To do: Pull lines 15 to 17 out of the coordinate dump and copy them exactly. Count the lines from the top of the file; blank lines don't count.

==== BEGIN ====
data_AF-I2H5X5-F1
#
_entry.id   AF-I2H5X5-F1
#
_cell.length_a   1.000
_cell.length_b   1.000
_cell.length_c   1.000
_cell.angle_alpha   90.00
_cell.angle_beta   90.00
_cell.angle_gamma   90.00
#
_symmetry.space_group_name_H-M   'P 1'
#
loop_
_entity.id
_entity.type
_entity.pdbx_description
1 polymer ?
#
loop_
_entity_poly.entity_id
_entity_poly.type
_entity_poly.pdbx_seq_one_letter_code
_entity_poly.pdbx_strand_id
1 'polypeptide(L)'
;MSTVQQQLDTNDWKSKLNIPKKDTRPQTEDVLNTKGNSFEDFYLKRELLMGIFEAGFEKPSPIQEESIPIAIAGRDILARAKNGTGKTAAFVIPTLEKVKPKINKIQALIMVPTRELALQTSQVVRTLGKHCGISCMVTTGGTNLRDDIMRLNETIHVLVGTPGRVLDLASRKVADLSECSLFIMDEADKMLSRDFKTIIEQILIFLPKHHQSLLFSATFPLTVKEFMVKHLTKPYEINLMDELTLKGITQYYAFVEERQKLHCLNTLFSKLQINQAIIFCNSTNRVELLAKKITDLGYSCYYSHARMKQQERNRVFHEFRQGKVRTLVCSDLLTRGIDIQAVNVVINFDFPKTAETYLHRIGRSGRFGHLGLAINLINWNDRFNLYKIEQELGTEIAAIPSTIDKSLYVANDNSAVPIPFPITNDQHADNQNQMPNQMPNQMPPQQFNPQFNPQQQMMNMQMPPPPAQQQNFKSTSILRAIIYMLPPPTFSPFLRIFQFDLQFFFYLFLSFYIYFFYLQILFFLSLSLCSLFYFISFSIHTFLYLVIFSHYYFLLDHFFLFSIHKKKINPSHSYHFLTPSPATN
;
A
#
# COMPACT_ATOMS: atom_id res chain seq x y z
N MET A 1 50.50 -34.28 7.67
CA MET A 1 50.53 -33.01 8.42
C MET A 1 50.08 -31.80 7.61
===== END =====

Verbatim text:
_entity.id
_entity.type
_entity.pdbx_description